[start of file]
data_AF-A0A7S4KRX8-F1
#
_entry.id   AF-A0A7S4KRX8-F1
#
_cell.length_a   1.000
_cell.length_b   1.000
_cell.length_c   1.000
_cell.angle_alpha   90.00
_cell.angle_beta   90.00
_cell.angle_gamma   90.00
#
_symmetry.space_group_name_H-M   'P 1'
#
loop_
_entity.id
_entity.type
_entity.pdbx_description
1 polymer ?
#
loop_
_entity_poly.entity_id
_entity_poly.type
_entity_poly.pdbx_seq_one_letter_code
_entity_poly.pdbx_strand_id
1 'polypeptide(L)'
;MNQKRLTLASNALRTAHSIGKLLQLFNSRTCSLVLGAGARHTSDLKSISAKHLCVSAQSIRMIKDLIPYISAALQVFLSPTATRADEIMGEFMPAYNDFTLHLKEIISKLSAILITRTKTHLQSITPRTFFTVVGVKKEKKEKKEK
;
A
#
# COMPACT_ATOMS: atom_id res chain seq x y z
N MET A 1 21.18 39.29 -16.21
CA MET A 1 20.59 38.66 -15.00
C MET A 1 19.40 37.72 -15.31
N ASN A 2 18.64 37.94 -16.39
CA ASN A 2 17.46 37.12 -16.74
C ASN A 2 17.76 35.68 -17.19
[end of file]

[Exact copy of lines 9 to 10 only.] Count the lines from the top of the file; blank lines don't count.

_cell.angle_beta   90.00
_cell.angle_gamma   90.00